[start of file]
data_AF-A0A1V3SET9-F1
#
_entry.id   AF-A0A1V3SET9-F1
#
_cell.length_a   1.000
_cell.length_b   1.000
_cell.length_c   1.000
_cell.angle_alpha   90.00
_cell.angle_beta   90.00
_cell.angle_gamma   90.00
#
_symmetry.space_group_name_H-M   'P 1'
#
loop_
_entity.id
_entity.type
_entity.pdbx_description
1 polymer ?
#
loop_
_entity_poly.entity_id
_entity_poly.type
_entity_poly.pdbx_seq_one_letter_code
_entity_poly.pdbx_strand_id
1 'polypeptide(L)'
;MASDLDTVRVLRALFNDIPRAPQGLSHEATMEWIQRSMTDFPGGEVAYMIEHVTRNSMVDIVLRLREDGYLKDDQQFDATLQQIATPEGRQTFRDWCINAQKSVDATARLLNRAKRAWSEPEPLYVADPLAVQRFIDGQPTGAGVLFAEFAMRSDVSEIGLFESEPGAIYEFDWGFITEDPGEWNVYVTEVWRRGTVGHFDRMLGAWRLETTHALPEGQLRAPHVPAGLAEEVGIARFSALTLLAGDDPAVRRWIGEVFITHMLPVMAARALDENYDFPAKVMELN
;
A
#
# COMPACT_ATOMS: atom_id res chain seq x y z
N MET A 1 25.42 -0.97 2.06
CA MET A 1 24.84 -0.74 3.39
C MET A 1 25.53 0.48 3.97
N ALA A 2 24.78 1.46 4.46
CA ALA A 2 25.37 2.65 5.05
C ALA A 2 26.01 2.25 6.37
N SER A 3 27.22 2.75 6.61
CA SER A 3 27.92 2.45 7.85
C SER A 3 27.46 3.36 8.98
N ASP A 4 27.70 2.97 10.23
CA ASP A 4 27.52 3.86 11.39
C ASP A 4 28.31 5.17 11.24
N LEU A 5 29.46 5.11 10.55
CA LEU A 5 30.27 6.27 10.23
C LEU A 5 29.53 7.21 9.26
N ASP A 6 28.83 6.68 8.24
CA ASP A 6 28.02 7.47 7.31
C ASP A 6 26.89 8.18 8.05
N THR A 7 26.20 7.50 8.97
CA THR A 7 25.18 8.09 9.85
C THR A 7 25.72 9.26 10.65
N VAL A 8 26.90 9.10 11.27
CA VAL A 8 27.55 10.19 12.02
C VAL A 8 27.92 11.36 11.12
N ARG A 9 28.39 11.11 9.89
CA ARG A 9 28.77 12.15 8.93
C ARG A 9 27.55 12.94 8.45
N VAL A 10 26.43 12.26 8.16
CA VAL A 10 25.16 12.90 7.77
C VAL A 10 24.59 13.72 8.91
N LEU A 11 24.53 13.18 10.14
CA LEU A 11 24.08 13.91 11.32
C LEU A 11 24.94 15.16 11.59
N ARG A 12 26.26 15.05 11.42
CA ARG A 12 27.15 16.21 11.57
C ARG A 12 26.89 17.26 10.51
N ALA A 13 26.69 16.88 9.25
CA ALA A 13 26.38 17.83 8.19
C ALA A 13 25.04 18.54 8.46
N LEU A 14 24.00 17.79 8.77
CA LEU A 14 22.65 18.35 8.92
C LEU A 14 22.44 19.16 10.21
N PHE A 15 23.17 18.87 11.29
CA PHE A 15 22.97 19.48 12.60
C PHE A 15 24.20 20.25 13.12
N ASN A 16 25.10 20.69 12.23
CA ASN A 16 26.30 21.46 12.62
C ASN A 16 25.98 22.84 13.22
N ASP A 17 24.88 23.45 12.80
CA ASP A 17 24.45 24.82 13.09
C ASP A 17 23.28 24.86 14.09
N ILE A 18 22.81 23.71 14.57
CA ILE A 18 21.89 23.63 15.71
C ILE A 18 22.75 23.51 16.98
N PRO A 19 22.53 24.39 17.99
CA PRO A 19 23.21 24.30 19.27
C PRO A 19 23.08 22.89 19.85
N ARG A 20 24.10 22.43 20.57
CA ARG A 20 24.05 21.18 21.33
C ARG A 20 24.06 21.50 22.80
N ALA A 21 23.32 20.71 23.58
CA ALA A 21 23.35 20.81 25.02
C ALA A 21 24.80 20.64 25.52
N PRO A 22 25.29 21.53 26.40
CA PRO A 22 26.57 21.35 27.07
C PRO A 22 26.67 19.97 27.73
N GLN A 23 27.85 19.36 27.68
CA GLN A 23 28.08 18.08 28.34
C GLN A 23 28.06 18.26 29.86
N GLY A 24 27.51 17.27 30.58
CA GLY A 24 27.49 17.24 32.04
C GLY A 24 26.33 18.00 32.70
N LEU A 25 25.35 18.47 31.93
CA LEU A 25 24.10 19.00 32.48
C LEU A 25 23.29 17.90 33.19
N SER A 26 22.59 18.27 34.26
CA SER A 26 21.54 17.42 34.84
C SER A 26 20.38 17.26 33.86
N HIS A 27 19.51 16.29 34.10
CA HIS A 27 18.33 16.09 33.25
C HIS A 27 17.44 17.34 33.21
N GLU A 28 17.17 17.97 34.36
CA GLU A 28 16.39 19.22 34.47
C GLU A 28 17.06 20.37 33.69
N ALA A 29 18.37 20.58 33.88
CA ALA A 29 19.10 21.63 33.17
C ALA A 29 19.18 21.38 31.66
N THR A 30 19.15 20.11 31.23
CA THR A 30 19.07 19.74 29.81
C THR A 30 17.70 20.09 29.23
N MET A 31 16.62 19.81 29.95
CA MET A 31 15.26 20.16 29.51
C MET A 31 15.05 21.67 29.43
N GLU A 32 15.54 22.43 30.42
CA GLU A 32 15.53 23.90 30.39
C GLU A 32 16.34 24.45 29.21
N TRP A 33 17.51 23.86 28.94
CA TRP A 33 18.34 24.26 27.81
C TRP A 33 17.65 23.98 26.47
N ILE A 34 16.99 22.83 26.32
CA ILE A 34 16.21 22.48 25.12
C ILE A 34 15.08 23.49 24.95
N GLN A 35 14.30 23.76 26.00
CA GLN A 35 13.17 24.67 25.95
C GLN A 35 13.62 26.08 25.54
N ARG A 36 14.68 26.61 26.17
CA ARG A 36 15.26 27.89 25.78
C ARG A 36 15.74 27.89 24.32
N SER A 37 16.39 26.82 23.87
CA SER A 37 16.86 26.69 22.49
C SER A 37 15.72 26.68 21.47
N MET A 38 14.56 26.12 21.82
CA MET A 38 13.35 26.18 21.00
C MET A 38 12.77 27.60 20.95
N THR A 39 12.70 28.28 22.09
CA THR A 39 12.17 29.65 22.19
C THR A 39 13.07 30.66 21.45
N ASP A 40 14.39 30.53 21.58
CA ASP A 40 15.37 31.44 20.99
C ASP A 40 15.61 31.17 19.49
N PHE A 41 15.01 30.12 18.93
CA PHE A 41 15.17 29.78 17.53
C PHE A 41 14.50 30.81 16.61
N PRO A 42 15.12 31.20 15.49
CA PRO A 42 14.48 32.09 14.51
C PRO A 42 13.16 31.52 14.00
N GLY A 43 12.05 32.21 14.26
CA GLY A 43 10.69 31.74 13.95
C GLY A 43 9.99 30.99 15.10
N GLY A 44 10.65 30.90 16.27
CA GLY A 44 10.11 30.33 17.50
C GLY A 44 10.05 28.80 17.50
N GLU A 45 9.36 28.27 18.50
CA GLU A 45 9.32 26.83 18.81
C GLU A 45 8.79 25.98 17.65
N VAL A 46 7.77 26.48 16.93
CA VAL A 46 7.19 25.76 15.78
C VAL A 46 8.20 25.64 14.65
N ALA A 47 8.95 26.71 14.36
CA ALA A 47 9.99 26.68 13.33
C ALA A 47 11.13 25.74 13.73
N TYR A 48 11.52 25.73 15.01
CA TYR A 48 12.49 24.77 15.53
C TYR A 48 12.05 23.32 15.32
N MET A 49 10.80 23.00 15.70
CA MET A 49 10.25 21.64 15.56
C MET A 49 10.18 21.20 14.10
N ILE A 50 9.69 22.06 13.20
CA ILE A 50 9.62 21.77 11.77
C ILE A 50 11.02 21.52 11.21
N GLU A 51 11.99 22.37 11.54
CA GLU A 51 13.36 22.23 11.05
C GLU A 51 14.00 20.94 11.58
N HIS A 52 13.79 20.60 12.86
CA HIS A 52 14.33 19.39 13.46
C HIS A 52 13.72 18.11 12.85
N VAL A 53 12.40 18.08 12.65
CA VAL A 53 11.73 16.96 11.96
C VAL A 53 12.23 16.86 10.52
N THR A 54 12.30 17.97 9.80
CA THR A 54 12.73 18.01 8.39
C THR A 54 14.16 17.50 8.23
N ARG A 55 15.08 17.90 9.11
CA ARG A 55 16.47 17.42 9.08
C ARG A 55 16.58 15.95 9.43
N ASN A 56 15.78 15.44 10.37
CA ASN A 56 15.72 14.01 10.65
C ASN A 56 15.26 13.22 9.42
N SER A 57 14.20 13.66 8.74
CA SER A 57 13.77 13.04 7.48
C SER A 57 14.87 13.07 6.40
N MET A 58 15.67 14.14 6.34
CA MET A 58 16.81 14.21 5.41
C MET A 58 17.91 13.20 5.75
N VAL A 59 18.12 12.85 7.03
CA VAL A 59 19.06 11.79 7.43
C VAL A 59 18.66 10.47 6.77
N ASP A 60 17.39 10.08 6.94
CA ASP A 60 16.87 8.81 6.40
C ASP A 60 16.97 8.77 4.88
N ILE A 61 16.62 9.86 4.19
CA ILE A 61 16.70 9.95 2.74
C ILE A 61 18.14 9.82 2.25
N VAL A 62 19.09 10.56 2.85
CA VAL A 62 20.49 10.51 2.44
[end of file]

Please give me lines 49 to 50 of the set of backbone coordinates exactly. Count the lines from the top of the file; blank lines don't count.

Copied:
N THR A 7 26.20 7.50 8.97
CA THR A 7 25.18 8.09 9.85